Antiques - Furniture
Reference: Z6638

Pair of cornucopias. Carved and gilded wood and porcelain. Century XVIII. Pair of cornucopias with a mirror, practically the same (except for details on the leaves of the frames), made of carved wood and gilt. Inside, the main mirror has some moldings that draw curves and straight areas, scrolls and other elements. The elaborate decoration of the wall mirrors starts with grotesques in the lower part, from which plant elements emerge that extend, accompanied by hangings, towards the upper part along the sides, with openwork details. Above, the tufts have two circular spaces, flanked by birds perched with their wings partly extended, and surrounded by elaborate frames that, like the rest of the pieces, have architectural elements (scrolls, smooth oval mirrors...), plant elements and shapes reminiscent of Rococo rockeries. Clearly, the examples are included within the Rococo, counting, even with the slight asymmetry that their decorative motifs present and that slight difference between both examples. It is possible to find similarities in the design of these cornucopias with different engravings and works by Matthias Lock (London, ca. 1710-ca. 1765). Compare with engravings of the work “A New Book of Ornaments with Twelve Leaves Consistint of Chimneys, Sconces, Tables, Spandle Panels, Spring Clock Cases, Stands, a Chandelier and Girandole, etc.” (Henry Copland and Matthias Lock; London, 1752), with examples in the Metropolitan Museum in New York, drawings in the Victoria & Albert Museum in London, etc. Matthias Lock was the first to publish Rococo designs in England, as well as being considered the first to master the Rococo style and include it in his work and designs. Little else is known about his life: he was a disciple of Thomas Chippendale and Adams, perhaps he worked with Henry Copeland and his work drifted from the most elaborate Rococo to the most harmonious Classicism. The small porcelain plates that they present in the upper part show a pheasant placed on a rock and among chrysanthemums and other flowers, in a common composition in this type of objects, made in China for export to Europe and, therefore, without having endowed any of the animals or plants with meaning (the golden pheasant was a symbol of the Emperor, and the one on this plate has no yellow in its plumage). Chinese porcelain was already known in Europe in the 15th century, but its commercial boom began in the 16th century, with the well-known Blue and White pieces so valued that they even inspired the local ceramics of the different kingdoms. As for the so-called "Pink Family" due to the predominance of this tone in its enamelling, it was born with the introduction of that color in China at the beginning of the 18th century by the Jesuits and its production continued until the 19th century. In addition, it became so valued that it displaced the Green Family at European courts at times, with works from the reigns of the Yongzhen (1678-1735) and Qianlong (1711-1799) Emperors being the most abundant and highly prized. and sought after for its high quality. Stylistically, these two mirror-inserted plates are very similar to works by the Rose Family made in the late Yongzheng or early Qianlong reign at Kingdezhen (Jiangxi, Republic of China) around 1735. In fact, there are some plates in private collections with pheasants in the same position and on a stone practically the same as that of these two examples. Note that you can see their decorated edge, almost entirely hidden by the gilded wood.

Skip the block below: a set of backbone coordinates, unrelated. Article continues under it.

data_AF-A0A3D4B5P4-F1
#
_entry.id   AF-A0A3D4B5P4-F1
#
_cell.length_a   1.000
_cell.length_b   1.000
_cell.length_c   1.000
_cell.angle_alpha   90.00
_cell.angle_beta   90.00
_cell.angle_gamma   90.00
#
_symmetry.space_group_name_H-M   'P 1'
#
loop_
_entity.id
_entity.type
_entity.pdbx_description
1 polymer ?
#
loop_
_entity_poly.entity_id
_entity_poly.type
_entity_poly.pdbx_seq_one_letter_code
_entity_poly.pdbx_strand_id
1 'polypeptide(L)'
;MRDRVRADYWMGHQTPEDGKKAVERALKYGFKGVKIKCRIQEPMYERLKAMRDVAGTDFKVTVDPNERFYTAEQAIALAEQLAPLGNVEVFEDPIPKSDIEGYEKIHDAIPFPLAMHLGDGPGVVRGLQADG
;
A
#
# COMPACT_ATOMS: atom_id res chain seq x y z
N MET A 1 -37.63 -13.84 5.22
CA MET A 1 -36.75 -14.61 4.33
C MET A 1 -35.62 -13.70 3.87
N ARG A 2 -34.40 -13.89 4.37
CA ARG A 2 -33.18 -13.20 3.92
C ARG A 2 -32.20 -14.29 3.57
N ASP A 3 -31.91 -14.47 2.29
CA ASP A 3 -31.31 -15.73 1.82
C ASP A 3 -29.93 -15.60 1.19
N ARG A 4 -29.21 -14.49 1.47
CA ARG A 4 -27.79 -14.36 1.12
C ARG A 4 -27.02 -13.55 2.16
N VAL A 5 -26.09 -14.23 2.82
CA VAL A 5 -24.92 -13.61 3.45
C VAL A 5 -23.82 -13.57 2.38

· Size: 100x68x12 cms.

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